...that seems to be the question among many Christians today. Should Christian youth, seeking to serve God and know His will for their lives, even consider attending universities in this corrupted, secular world? I have been running into this question repeatedly, and I think it is one that needs to be addressed by all. My decision to post on this subject was aided when I came across a post by a young woman named Meg whose aquaintance I have never had the pleasure of making! Visit her post here to read my inspiration. You will find it dated Tuesday, January 24, 2006.
I am a student at Whatcom Community College. I am attending this school because I believe God would have me excell in knowledge and the ability to discern truth, not to mention the ability to communicate effectively. College seemed to me to be the most logical place for a person such as I--on the verge of exiting the academic realm (if it is permissable to use such lofty terms for high school)--to pursue these goals.
The realization that college certainly in not for everyone, and that many have successfully lived productive, God-honoring lives without it, has made itself clear to me. However, I would like to challenge those persons who are afraid to set foot in the door of a college classroom for fear of contamination to rethink their stance. Many seem afraid that to analyze, consider, and learn the beliefs of others will cause them to be confused about their own--perhaps even cause them to abandon their own. I reply: this is a fearful and, dare I say it, lazy attitude. If competency among Christian youth in the area of apologetics is lacking, then perhaps we should be focusing inward at our own spiritual dullness. Istead of shutting ourselves off from the world, perhaps we should be prying the bushel from off the top of the light, stoking the flame into renewed brightness, and showing it for all the world to see.
Speaking of lights: college for me is a daily mental, and spiritual excersize in doing just that--shining my light. College to me is not a place of stagnant, shortsighted acceptance of all things socially acceptable. College is not to me a time of falling away, but a time of strengthening. How can one be "in the world, but not of the world" if one refuses to confront the world? All my life I have lived in a wonderful, nurturing, Christian atmosphere. I have had a Christian home, with a Godly mother who undertook my early education. I have had a strong, Bible-believing church, and of course, Christian friends. Now, while still reserving the comfort, shelter, and guidance of these strongholds, I have ventured out into "the great beyond." At last, I am challenged to manifest Christ as I have never been challenged before. I ask myself the question daily, "Do they see Christ in me? How am I different from my classmates, instructors, peers?"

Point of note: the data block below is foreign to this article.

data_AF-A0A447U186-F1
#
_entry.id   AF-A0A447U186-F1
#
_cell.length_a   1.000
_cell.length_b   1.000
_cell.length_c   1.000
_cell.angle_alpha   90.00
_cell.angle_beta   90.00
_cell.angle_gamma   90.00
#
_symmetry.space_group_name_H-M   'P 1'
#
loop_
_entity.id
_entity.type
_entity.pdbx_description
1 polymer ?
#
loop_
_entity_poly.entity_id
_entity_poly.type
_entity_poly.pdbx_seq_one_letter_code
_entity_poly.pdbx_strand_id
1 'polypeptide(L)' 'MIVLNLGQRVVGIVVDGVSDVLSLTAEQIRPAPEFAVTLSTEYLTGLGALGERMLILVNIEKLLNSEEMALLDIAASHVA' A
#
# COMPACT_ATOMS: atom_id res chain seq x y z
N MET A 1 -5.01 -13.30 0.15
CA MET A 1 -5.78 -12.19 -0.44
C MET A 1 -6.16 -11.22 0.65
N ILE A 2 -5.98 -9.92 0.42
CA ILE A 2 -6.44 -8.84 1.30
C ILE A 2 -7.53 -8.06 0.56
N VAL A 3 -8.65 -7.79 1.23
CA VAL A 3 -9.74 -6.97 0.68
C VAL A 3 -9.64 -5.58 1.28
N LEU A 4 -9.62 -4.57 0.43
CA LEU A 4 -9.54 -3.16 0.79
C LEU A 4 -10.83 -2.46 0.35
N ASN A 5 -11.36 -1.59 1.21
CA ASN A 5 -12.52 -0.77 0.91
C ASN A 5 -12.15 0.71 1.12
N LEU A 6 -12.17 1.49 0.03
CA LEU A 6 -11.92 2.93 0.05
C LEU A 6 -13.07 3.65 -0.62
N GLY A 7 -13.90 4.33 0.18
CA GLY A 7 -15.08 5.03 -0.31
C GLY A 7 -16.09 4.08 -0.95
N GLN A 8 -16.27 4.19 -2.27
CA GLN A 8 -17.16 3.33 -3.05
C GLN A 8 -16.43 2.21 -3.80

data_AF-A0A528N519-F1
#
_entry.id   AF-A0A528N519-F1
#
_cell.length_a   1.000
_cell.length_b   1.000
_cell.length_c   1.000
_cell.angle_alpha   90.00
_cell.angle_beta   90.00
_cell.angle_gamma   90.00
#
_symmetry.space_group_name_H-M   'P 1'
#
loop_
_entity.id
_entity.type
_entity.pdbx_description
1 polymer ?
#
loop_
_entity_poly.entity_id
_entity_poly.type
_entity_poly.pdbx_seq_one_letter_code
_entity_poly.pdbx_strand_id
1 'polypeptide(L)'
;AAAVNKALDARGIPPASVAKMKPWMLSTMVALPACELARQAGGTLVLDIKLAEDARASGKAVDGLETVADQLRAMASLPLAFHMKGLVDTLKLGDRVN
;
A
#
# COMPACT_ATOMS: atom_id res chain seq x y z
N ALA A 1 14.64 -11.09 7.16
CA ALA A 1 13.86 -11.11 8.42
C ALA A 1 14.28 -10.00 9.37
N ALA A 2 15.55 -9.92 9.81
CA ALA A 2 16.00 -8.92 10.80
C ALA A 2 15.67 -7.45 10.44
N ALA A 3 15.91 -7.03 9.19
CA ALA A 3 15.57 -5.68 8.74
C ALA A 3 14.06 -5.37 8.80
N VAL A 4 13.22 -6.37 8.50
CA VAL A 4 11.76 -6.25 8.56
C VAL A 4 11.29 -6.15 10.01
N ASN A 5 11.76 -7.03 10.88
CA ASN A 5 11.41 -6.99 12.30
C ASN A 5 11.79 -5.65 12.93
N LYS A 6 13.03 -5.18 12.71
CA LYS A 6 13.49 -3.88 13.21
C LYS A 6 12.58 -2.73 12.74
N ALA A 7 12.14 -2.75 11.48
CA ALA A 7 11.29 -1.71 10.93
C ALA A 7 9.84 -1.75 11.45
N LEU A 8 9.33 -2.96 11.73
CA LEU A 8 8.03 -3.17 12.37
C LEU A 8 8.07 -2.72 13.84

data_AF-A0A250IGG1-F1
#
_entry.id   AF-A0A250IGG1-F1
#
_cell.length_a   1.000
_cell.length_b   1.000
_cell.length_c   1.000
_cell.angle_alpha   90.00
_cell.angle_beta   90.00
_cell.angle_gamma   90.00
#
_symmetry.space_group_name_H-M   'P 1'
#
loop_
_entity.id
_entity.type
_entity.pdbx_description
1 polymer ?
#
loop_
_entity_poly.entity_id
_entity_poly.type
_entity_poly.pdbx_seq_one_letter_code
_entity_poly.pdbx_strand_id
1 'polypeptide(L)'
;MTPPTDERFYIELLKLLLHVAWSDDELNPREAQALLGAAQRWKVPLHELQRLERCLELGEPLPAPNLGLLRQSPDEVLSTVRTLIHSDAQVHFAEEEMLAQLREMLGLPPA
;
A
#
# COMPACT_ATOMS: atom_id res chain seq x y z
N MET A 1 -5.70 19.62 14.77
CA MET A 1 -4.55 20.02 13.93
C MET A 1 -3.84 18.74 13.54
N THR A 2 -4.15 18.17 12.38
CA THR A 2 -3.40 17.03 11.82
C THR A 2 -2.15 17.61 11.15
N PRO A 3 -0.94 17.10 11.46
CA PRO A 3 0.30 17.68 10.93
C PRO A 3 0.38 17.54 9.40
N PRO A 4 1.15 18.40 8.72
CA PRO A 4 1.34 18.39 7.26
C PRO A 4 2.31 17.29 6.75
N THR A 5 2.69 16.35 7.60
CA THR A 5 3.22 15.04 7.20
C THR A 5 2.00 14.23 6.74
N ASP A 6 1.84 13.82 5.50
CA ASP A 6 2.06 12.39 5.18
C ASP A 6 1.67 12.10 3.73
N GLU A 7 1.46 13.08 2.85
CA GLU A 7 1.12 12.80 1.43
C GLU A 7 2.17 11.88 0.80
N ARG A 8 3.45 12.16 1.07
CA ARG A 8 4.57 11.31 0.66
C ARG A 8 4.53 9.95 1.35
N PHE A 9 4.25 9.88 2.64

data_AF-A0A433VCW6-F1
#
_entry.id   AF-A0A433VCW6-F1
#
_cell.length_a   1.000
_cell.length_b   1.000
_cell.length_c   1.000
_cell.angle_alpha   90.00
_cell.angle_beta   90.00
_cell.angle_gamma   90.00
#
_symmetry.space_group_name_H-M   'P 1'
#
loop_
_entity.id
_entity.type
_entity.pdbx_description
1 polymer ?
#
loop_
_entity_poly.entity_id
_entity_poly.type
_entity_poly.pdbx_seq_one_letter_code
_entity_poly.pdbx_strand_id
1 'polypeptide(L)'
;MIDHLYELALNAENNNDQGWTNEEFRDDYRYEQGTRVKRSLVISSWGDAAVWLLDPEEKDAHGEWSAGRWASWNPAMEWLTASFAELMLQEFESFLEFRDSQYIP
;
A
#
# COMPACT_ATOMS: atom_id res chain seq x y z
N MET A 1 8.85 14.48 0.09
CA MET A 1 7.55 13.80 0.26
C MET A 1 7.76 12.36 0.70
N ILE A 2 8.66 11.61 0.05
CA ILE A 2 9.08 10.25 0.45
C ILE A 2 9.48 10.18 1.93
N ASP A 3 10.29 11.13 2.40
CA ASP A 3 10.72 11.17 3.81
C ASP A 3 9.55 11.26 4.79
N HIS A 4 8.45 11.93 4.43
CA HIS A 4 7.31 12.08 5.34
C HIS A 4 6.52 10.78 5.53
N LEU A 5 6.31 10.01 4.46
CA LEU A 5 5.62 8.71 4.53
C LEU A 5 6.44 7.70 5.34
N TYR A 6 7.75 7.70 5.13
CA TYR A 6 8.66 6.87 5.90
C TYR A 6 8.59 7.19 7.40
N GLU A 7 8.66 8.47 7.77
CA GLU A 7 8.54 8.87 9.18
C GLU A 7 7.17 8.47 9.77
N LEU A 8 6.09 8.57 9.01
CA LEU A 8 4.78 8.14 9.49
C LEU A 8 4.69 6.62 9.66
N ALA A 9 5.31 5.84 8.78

I realize that my arguments thus far have been based around my own personal fallible experience. I also know for a certainty that many who read this will have very different stories to tell regarding this subject. However, I believe that college is in many respects, a truly missunderstood concept among devout people. I merely seek to incite discussion. Therefore, do not hesitate to make your voice heard!
As a commentator on the previously mentioned blog posting explained,
"I think attending college can also be a means to strengthen our faith, and it gives us an opportunity to realize why we believe what it is that we believe. I'm not saying we need to purposefully surround ourselves with temptations on all sides, but we need to know where we stand. We are told to be in the world yet not of it, and I think a lot of times Christians shut themselves off so much from the world, to the point where they and their children become naive about it's realities. At the same time we are called to be light, but how can we let our light shine if we shut ourselves up all the time? This is just a thought, but maybe part of the reason college campuses are so anti-Christian is because we haven't done our part in getting out and speaking out? Of course if we withdraw compeletely from the college campus, it is going to be swimming in a swamp of ugly, worldy ideas with no answers and no direction."
Cassie--this may sound cliche, sorry--you literaly repeated some of the exact points I made when discussing this issue with a friend no more than three days ago! Thank you for your concise eloquence!